As of Tuesday, the region’s seven-day case average is 80.0, a slight decrease from 82.12 on Monday. The 14-day average, meantime, is 94.5, down from 101.35 on Monday.
The cumulative incidence rate for London-Middlesex is 1,014.5 per 100,000 people compared to Ontario’s 1,617.
Middlesex Centre has been the municipality hardest hit by cases. Clocking in at just 231 cases, due to its lower population size, the caseload is equivalent to 1,307 cases per 100,000 people.
London, which has seen 4,449 cases, has an incidence rate of 1,099 per 100,000.
Elsewhere, Strathroy-Caradoc has reported 181 cases, Thames Centre 89, Lucan Biddulph 33, Southwest Middlesex 29, North Middlesex 29, Adelaide Metcalfe 13 and Newbury two.
At least 94 cases are pending location data.
The number of COVID-19 inpatients currently in the care of London Health Sciences Centre has fallen by four to 29.
Inpatients in critical/intensive care also fell by one to nine.
At the same time, active staff cases fell by one to 26, the organization said.
At St. Joseph’s Health Care London, no COVID-19 inpatients were reported in the care of St. Joseph’s Hospital, however at least 10 SJHCL staff remain sick with the virus.
At least seven of them are linked to a facility-wide outbreak at Mount Hope Centre for Long-Term Care. At least seven residents/patients are also currently sick, down from a peak of 22 last week. Five people have died.
Health unit figures show at least 326 people have been hospitalized in the region due to the coronavirus during the pandemic, including 63 who have needed intensive care.
During Monday’s media briefing, Dr. Adam Dukelow, LHSC’s chief medical officer, announced that as of Wednesday, five operating rooms are being brought back online — two at University Hospital and three at Victoria.
“This will bring University Hospital to 11 of 14 rooms, or approximately 75 per cent operating room capacity, (and) Victoria Hospital… to just under 90 per cent capacity,” he said.
“The focus of this incremental increase will be on patients that do not require an overnight stay. We will be evaluating our operating capacity daily and we are prepared to decrease that activity if required due to COVID surge. Similarly, where we have capacity, we’ll continue to increase activity.”
No new institutional outbreaks have been declared or resolved, the health unit says.
At least 18 institutional outbreaks are currently active in the region.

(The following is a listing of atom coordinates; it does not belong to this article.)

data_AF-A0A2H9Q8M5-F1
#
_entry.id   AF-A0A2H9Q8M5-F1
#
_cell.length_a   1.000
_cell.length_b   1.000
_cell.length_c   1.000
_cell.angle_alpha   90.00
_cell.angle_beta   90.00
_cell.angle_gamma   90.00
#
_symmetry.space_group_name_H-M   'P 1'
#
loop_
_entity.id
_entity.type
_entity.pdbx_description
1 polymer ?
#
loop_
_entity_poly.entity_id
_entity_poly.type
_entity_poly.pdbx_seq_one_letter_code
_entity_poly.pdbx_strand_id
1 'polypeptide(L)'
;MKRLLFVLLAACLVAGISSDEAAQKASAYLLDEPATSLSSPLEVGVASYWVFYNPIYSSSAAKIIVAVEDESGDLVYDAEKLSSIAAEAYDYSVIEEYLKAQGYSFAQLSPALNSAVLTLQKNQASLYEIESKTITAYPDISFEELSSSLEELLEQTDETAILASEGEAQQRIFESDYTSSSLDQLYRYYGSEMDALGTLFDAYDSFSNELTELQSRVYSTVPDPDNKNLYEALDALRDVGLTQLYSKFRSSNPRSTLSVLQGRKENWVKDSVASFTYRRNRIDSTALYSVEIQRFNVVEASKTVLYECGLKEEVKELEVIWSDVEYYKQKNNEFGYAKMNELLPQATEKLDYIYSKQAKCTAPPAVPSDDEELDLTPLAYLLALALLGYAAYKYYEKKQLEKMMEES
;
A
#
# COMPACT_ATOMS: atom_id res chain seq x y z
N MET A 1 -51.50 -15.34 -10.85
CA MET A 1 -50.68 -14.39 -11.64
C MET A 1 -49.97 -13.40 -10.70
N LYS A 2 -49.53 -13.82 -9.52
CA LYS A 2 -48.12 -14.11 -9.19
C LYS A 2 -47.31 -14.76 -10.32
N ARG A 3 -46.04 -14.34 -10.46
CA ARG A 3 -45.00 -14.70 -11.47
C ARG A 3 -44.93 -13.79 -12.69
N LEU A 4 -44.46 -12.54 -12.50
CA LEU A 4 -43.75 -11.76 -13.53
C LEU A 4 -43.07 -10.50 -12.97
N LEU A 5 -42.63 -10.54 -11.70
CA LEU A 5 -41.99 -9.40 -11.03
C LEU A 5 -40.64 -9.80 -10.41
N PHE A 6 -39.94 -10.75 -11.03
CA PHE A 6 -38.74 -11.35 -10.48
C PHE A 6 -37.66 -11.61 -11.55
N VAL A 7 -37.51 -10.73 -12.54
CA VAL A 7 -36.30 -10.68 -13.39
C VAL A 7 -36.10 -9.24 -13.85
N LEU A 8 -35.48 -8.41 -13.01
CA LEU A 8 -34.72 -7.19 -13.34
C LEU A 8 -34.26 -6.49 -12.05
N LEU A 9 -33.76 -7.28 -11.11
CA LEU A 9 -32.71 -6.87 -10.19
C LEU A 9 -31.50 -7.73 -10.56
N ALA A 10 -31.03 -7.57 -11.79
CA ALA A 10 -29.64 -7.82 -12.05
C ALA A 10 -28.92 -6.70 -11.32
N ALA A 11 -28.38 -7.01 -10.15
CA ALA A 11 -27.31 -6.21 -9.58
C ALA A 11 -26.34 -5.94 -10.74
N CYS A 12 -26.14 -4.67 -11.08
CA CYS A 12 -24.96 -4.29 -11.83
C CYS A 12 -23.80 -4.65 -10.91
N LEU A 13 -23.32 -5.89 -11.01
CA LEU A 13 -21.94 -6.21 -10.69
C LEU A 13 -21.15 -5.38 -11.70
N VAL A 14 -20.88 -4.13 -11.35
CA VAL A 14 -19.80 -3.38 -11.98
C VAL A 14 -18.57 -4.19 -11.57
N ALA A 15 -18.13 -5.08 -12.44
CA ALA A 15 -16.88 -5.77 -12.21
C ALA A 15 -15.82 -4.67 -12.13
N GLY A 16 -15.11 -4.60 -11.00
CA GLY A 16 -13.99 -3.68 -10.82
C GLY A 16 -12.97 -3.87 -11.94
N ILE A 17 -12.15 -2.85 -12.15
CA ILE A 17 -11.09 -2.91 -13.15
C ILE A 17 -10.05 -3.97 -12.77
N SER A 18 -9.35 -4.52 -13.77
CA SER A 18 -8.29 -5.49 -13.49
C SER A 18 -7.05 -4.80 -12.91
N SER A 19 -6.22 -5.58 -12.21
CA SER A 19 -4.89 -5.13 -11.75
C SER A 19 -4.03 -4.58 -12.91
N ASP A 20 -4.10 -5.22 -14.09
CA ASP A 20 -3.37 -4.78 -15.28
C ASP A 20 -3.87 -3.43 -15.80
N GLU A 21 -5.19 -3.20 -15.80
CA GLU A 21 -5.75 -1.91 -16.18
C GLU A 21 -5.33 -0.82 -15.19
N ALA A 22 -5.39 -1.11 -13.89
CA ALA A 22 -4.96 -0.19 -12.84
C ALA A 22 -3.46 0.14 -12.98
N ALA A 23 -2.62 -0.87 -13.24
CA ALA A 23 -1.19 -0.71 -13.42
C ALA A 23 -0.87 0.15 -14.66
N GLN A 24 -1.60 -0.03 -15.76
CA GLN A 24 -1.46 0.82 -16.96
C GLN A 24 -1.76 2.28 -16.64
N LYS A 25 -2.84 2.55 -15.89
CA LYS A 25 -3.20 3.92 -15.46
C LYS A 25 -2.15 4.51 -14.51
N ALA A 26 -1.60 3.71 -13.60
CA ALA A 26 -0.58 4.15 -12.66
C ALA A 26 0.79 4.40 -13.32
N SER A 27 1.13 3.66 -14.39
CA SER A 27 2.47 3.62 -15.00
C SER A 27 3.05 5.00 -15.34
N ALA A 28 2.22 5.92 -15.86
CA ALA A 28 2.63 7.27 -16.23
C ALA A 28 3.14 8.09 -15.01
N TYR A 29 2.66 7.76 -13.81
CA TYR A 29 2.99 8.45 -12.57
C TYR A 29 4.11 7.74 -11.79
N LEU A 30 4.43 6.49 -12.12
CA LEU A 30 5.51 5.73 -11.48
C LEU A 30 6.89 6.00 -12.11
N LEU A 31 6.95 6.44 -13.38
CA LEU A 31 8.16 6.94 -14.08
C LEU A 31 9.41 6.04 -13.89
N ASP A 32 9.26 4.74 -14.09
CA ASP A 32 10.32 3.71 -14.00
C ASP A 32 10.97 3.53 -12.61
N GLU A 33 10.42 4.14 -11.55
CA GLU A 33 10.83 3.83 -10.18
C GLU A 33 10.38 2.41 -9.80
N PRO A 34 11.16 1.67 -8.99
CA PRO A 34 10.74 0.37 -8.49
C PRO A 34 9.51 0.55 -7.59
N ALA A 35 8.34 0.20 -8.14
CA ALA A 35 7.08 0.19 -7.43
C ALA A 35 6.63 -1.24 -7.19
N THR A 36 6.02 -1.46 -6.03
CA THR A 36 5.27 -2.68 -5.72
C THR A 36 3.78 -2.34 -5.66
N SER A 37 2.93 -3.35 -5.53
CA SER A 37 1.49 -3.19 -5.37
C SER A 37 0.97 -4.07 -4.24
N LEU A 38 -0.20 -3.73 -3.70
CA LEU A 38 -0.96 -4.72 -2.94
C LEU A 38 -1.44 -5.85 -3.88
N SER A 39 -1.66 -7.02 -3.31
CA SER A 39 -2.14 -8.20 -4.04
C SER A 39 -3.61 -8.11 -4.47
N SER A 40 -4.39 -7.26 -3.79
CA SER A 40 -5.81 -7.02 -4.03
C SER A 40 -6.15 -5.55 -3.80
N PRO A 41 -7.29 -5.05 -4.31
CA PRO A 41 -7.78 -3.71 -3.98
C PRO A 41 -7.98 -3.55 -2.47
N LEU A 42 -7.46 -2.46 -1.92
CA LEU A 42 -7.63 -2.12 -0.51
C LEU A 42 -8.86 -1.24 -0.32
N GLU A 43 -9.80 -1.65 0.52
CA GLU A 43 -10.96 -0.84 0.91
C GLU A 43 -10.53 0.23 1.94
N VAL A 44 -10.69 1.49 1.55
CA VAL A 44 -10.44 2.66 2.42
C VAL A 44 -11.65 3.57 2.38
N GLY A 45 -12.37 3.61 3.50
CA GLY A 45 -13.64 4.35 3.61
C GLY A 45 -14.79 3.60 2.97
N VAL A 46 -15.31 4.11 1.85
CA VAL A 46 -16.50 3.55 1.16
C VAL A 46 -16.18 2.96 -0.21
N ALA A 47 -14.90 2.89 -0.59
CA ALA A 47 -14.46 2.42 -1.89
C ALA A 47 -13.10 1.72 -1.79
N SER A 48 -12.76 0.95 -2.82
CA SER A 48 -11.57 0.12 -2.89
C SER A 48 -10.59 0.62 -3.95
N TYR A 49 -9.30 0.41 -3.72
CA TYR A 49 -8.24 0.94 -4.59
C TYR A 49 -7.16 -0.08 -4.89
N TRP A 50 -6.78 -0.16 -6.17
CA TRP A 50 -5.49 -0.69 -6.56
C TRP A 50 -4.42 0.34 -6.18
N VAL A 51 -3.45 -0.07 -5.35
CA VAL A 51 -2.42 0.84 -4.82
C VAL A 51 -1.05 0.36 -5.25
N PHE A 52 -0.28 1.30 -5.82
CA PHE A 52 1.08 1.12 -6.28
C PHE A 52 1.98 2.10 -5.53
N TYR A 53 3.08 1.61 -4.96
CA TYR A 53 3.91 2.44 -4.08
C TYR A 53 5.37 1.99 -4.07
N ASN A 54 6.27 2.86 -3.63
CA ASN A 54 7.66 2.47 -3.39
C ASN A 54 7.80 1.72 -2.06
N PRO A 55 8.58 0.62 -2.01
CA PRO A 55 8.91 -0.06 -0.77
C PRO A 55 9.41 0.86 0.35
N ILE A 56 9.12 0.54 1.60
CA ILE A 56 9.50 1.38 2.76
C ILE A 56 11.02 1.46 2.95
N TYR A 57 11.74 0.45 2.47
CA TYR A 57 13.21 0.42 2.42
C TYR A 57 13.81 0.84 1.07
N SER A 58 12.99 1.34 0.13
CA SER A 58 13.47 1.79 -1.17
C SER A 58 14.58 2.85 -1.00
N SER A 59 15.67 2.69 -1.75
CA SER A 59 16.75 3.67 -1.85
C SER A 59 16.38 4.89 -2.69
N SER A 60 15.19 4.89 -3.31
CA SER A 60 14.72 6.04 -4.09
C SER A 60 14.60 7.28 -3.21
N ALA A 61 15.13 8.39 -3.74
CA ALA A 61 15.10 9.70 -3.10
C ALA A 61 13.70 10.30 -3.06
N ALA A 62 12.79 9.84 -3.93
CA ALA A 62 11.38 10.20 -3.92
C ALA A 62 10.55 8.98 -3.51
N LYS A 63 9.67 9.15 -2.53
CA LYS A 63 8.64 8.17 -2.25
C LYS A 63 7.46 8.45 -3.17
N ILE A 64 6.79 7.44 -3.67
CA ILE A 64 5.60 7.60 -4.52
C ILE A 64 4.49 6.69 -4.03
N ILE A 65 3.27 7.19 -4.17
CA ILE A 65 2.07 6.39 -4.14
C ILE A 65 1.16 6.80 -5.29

Four of them are located at hospitals in the region, including three at LHSC.
According to LHSC, an outbreak at UH, declared Jan. 15 in its adult emergency department, has been tied to eight staff cases as of Tuesday, one more than the day before. No patient cases and no deaths have been reported.
University Hospital had previously been the scene of at least 11 unit-level outbreaks between Nov. 10 and Dec. 28 that left a total of 82 patients and 92 staff members infected and 29 dead.
Meantime, two outbreaks at Victoria Hospital, declared Jan. 6 in B41 Antenatal and Jan. 12 in C6-100-Geriatric Behavioural Unit, are linked to fewer than five patient and five staff cases each. No deaths have been reported.
A hospital outbreak also remains active at Strathroy Middlesex General Hospital in 2 South, the health unit says. It’s unclear how many cases have been reported.
Multiple outbreaks remain active at long-term care and retirement homes.
Active outbreaks at seniors' facilities as declared on:
- Jan. 16 at Longworth Retirement Residence (facility-wide)
- Jan. 14 at Kensington Village (first floor of long-term care home)
- Jan. 11 at Elmwood Place (facility-wide)
- Jan. 10 at Queens Village (Memory Lane area)
- Jan. 9 at Fox Hollow Retirement Residence (first floor)
- Jan. 9 at Glendale Crossing (Lambeth, Westminster)
- Jan. 8 at Chelsey Park Retirement Community (third and fifth floors)
- Jan. 8 at Strathmere Lodge (Sydenham Meadows)
- Jan. 5 at Oneida Long-Term Care Home (facility-wide)
- Jan. 2 at Chelsey Park (long-term care – fifth floor, second floor)
- Dec. 26 at Extendicare (facility-wide)
- Dec. 23 at Middlesex Terrace (facility-wide)
- Dec. 22 at Mount Hope Centre for Long-Term Care (facility-wide; at least seven residents are currently infected, up from six on Monday. At least seven staff are currently infected, down from 16. Five people have died, one more than Monday)
- Dec. 8 at Country Terrace (facility-wide).
Meantime, an outbreak declared on Monday at Elgin-Middlesex Detention Centre also remains active. The outbreak was declared after four staff members of the south London jail tested positive for the virus.
Provincial data shows two inmate cases have been reported at the jail during the pandemic, most recently in October.
No new school cases have been reported in the region.
Only one is currently active, reported on Saturday at Clarke Road Secondary School by the Thames Valley District School Board.